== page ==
Insect Development

After hatching from the egg, a young insect must undergo several molts before it reaches its adult size and becomes sexually mature. Silverfish and a few other insects go through the molting process without changing body form. The majority of insects undergo some type of change in form as they develop into adults. This phenomenon of developmental change in form is called metamorphosis (MET-uh-MOHR-fuh-suhs). There are two main kinds of metamorphosis in insects: incomplete and complete.

Incomplete Metamorphosis

In incomplete metamorphosis, illustrated in Figure 37-6, a nymph hatches from an egg and gradually develops into an adult. A nymph is an immature form of an insect that looks somewhat like the adult, but it is smaller, and its wings and reproductive organs are undeveloped. The nymph molts several times. With each molt, the wings become larger and more fully formed. The final molt transforms the nymph into an adult that can reproduce and, in most species, fly. Insects that undergo incomplete metamorphosis include grasshoppers, mayflies, dragonflies, and termites. Several other examples are listed in Table 37-1.

Complete Metamorphosis

In complete metamorphosis, an insect undergoes two stages of development between the egg and the adult. In both of those stages, the insect looks substantially different from its adult form. Figure 37-7 illustrates complete metamorphosis in the monarch butterfly. A wormlike larva, commonly called a caterpillar, hatches from the egg. Insect larvae may or may not have legs on the thorax and may or may not have leglike appendages on the abdomen. The larva eats almost constantly, growing large on a diet composed mostly of leaves. Thus, it is the larval stage of most insects that causes the most damage to plants.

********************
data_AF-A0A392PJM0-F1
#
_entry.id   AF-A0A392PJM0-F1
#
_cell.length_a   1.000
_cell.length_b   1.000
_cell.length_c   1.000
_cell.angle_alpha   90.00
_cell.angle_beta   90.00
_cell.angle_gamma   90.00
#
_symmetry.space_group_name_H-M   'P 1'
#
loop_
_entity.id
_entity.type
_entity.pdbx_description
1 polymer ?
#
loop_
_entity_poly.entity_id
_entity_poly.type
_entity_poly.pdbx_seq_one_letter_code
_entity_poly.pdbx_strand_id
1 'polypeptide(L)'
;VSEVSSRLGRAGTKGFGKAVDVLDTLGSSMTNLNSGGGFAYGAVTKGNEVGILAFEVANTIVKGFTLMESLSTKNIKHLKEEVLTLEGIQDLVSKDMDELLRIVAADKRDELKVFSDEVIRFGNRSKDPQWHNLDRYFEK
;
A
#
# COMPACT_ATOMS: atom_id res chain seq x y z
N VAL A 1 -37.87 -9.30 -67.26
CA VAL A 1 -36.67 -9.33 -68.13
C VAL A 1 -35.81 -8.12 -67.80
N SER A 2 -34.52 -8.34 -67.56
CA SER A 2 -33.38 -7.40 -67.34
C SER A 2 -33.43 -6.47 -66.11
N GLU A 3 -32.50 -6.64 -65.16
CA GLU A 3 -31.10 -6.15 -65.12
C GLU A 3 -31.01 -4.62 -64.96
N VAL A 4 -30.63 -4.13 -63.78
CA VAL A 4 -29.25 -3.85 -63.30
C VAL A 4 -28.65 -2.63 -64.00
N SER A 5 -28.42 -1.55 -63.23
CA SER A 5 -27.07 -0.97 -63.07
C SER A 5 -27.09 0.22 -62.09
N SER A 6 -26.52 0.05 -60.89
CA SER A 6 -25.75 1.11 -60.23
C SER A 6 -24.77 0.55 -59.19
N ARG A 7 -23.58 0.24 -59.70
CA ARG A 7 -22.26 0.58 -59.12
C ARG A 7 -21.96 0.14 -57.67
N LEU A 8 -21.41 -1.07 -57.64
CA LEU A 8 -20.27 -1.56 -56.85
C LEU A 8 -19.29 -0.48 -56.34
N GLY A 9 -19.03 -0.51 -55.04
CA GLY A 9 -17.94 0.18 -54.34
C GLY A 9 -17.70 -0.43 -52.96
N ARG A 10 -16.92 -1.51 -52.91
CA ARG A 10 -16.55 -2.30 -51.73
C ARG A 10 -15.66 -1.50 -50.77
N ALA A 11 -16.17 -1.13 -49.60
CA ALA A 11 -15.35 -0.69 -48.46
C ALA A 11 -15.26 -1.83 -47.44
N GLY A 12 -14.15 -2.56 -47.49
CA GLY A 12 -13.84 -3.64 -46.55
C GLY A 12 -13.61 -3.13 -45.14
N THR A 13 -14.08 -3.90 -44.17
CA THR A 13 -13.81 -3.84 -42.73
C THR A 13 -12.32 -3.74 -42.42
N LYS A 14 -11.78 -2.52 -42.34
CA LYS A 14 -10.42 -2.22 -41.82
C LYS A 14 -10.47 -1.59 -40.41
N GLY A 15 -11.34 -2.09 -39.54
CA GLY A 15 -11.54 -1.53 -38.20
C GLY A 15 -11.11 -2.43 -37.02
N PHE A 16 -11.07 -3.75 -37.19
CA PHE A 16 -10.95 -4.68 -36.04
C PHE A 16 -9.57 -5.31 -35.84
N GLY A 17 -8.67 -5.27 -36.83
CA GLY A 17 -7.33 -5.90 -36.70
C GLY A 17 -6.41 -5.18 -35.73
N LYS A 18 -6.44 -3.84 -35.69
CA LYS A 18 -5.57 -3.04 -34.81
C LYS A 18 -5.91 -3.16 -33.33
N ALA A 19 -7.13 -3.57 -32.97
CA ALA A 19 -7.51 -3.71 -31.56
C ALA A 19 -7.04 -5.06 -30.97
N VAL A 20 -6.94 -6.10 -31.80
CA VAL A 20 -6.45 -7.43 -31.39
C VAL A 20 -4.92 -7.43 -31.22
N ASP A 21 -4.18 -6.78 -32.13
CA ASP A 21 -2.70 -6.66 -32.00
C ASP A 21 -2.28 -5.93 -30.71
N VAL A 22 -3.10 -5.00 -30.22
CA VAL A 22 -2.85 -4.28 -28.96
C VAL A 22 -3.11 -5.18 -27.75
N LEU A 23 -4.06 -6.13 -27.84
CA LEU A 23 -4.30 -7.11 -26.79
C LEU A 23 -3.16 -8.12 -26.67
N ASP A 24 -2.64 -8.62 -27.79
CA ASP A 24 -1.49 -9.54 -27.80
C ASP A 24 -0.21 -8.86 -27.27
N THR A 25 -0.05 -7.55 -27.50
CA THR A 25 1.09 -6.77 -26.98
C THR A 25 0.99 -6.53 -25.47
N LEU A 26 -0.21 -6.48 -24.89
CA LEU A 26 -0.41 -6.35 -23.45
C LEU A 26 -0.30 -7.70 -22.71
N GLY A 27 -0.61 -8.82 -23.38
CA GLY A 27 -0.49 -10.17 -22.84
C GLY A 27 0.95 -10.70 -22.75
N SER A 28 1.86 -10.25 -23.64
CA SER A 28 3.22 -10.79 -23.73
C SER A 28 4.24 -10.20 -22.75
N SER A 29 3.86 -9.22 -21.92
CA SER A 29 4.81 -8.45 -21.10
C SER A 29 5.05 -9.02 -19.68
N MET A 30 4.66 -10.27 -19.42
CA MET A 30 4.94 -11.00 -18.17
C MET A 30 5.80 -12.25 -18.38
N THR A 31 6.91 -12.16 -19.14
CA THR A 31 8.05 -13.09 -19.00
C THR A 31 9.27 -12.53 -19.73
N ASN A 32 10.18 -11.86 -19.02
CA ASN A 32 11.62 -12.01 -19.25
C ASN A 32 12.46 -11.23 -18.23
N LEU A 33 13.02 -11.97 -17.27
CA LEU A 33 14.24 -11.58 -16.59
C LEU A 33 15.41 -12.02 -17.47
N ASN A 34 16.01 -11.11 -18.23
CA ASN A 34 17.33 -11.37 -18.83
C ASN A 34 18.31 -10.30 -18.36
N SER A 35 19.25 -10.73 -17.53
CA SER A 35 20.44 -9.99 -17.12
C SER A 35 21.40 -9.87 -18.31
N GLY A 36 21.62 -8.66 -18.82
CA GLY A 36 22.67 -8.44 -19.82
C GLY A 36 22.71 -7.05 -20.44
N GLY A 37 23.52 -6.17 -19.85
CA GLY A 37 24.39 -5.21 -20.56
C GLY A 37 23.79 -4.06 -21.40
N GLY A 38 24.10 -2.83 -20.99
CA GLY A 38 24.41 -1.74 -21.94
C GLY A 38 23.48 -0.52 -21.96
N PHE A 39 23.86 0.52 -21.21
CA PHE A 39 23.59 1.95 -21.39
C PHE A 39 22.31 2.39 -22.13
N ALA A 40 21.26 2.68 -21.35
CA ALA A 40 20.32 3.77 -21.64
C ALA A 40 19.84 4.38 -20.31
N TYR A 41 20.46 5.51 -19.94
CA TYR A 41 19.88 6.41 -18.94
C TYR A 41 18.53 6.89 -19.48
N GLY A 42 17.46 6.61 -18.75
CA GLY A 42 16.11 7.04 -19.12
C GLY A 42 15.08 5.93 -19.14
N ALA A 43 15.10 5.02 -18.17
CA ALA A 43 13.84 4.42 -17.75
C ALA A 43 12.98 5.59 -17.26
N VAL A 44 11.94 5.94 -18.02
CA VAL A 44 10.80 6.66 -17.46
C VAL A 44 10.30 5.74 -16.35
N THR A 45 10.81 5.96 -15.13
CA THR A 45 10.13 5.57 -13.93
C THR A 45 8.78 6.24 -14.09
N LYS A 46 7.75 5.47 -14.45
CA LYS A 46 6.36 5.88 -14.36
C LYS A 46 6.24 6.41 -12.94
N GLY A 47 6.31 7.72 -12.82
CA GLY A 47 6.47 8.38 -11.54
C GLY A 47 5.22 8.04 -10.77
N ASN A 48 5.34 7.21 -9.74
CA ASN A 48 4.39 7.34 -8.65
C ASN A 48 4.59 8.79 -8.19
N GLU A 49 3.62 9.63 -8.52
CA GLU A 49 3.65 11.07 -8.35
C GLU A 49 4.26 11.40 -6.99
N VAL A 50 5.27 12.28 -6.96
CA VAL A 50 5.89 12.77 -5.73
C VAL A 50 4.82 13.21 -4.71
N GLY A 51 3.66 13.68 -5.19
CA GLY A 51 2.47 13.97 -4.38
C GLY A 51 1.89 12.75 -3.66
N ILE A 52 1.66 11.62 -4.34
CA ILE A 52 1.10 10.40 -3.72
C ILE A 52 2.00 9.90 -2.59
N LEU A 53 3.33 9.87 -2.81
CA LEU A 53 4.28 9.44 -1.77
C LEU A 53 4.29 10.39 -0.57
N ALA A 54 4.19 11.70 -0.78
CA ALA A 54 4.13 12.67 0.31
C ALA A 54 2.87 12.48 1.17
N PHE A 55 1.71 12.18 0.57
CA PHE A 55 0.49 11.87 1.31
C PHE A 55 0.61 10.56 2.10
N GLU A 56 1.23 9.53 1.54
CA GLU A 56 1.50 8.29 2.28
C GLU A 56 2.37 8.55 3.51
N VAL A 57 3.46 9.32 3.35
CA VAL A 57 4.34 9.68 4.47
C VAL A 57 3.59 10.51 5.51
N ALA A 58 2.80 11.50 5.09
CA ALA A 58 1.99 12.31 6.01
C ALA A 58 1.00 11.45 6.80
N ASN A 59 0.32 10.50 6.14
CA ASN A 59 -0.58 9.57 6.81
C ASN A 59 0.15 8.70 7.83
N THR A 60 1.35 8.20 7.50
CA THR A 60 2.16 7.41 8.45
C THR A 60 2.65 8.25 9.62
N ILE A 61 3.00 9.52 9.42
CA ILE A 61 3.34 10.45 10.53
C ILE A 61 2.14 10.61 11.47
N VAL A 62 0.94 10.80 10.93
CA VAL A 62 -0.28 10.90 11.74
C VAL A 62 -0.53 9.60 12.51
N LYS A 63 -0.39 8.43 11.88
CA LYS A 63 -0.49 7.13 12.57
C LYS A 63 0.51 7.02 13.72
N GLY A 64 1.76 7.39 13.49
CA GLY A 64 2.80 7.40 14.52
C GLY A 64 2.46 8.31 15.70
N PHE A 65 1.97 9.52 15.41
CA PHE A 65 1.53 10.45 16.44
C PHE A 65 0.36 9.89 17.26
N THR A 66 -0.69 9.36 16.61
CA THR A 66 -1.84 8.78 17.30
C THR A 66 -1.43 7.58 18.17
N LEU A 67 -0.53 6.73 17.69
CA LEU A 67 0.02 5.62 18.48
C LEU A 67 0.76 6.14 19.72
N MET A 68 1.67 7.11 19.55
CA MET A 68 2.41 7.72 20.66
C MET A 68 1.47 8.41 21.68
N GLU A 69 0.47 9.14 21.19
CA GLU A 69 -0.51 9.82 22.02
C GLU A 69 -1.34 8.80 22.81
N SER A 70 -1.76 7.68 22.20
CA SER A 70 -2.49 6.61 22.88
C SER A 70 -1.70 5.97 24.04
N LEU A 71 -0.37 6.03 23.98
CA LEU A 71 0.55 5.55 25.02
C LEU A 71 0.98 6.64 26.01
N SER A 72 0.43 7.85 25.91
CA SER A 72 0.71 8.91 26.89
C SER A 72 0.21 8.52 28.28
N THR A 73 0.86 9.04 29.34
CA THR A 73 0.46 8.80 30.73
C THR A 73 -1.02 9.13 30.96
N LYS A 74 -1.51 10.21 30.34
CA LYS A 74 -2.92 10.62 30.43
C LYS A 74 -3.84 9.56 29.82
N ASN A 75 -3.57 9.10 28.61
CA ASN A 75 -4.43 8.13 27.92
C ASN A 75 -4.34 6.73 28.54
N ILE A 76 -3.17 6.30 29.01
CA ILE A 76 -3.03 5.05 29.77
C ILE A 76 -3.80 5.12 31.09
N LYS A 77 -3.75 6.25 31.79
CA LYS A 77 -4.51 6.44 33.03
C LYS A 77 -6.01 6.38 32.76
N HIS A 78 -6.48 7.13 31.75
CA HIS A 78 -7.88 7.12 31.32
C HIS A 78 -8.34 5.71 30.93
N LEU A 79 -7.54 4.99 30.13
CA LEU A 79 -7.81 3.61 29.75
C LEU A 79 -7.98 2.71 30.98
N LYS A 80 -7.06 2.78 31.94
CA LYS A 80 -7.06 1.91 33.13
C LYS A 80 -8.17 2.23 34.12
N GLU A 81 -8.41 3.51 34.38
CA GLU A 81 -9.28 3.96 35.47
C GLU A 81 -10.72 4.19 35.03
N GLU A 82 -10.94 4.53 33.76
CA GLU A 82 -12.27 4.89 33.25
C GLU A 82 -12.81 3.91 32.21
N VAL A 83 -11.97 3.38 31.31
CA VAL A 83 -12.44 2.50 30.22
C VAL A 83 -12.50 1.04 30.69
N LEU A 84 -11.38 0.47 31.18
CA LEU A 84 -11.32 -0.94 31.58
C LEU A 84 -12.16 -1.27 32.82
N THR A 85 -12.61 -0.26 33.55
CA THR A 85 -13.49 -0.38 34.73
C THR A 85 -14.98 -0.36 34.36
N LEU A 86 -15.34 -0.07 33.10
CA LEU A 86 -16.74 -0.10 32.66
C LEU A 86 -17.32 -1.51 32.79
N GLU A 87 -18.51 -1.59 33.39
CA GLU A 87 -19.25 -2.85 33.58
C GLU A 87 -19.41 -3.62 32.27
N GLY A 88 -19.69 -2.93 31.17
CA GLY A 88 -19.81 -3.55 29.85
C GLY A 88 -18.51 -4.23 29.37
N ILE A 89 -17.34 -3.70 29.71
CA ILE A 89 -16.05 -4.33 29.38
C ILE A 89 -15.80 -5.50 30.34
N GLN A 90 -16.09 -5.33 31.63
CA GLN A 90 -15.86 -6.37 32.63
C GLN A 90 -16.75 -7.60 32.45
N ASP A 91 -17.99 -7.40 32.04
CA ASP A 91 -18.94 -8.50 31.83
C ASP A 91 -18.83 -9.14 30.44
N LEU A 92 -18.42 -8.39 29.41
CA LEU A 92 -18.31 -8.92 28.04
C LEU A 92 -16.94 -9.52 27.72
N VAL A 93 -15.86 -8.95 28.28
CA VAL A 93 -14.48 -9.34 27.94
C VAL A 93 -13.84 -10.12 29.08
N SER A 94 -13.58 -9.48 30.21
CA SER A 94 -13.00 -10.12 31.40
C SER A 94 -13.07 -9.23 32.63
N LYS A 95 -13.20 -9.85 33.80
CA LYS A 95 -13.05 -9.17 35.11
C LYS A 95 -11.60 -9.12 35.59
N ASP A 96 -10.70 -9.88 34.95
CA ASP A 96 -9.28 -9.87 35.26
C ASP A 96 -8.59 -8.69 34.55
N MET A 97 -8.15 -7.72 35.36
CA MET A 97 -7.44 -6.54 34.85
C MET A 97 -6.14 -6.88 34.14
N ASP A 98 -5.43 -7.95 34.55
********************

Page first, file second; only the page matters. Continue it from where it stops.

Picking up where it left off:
The monarch larva molts several times as it grows. In the last larval stage, it develops bands of black, white, and yellow along its body. It continues to feed, but soon finds a sheltered spot and hangs upside down. Its body becomes shorter and thicker. Its exoskeleton then splits down the dorsal side and falls off, revealing a green pupa. A pupa (PYOO-puh), also called a chrysalis (KRIS-uh-luhs), is a stage of development in which an insect changes from a larva to an adult. The pupa of butterflies is enclosed in a protective case. Moth pupae are enclosed in a case called a cocoon. Inside the pupa, the larval tissues break down, and groups of cells called imaginal disks develop into the wings and other tissues of the adult. When metamorphosis is complete, the pupa molts into a sexually mature, winged butterfly. Most insects go through complete metamorphosis. Table 37-1 lists several examples besides butterflies and moths, such as beetles, mosquitoes, and bees.

Importance of Metamorphosis

In a life cycle based on complete metamorphosis, the larval and adult stages often fulfill different functions, live in different habitats, and eat different foods. Therefore, the larvae and adults do not compete for space and food. For example, mosquito larvae live in fresh water and feed by filtering small food particles out of the water. When they become adults, the mosquitoes leave the water and feed on plant sap or the blood of terrestrial animals.

Metamorphosis also enhances insect survival by helping insects survive harsh weather. For instance, most butterflies and moths spend the winter as pupae encased in chrysalises or cocoons, which are often buried in the soil.

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Eggs laid by adult

Eggs laid by adult

Pupa

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